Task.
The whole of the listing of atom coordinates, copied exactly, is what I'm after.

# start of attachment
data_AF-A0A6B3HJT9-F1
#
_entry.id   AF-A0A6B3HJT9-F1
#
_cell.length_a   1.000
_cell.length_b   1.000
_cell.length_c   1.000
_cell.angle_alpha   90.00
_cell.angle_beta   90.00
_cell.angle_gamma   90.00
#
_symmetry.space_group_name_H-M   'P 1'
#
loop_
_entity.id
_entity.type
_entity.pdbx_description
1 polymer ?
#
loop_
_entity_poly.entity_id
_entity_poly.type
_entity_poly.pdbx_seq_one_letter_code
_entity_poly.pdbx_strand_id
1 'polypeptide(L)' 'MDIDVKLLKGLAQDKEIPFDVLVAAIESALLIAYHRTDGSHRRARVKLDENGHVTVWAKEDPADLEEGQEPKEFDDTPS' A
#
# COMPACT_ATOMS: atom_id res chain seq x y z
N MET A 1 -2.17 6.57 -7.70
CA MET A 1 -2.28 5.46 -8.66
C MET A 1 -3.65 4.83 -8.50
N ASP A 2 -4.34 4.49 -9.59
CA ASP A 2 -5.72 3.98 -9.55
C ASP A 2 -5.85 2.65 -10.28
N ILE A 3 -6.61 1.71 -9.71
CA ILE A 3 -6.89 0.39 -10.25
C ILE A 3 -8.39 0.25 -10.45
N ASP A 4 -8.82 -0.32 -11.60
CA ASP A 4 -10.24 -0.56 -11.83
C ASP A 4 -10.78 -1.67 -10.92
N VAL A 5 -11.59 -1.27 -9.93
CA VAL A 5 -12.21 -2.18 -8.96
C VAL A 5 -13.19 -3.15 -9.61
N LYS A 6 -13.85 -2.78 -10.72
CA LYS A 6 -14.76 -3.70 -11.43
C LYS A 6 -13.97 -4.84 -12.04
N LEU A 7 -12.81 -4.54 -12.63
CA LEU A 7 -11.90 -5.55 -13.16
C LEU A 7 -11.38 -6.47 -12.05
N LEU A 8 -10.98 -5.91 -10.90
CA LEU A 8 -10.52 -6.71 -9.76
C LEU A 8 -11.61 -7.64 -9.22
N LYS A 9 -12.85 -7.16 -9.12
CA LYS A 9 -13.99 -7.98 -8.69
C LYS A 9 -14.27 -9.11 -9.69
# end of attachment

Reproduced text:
data_AF-A0A6B3HJT9-F1
#
_entry.id   AF-A0A6B3HJT9-F1
#
_cell.length_a   1.000
_cell.length_b   1.000
_cell.length_c   1.000
_cell.angle_alpha   90.00
_cell.angle_beta   90.00
_cell.angle_gamma   90.00
#
_symmetry.space_group_name_H-M   'P 1'
#
loop_
_entity.id
_entity.type
_entity.pdbx_description
1 polymer ?
#
loop_
_entity_poly.entity_id
_entity_poly.type
_entity_poly.pdbx_seq_one_letter_code
_entity_poly.pdbx_strand_id
1 'polypeptide(L)' 'MDIDVKLLKGLAQDKEIPFDVLVAAIESALLIAYHRTDGSHRRARVKLDENGHVTVWAKEDPADLEEGQEPKEFDDTPS' A
#
# COMPACT_ATOMS: atom_id res chain seq x y z
N MET A 1 -2.17 6.57 -7.70
CA MET A 1 -2.28 5.46 -8.66
C MET A 1 -3.65 4.83 -8.50
N ASP A 2 -4.34 4.49 -9.59
CA ASP A 2 -5.72 3.98 -9.55
C ASP A 2 -5.85 2.65 -10.28
N ILE A 3 -6.61 1.71 -9.71
CA ILE A 3 -6.89 0.39 -10.25
C ILE A 3 -8.39 0.25 -10.45
N ASP A 4 -8.82 -0.32 -11.60
CA ASP A 4 -10.24 -0.56 -11.83
C ASP A 4 -10.78 -1.67 -10.92
N VAL A 5 -11.59 -1.27 -9.93
CA VAL A 5 -12.21 -2.18 -8.96
C VAL A 5 -13.19 -3.15 -9.61
N LYS A 6 -13.85 -2.78 -10.72
CA LYS A 6 -14.76 -3.70 -11.43
C LYS A 6 -13.97 -4.84 -12.04
N LEU A 7 -12.81 -4.54 -12.63
CA LEU A 7 -11.90 -5.55 -13.16
C LEU A 7 -11.38 -6.47 -12.05
N LEU A 8 -10.98 -5.91 -10.90
CA LEU A 8 -10.52 -6.71 -9.76
C LEU A 8 -11.61 -7.64 -9.22
N LYS A 9 -12.85 -7.16 -9.12
CA LYS A 9 -13.99 -7.98 -8.69
C LYS A 9 -14.27 -9.11 -9.69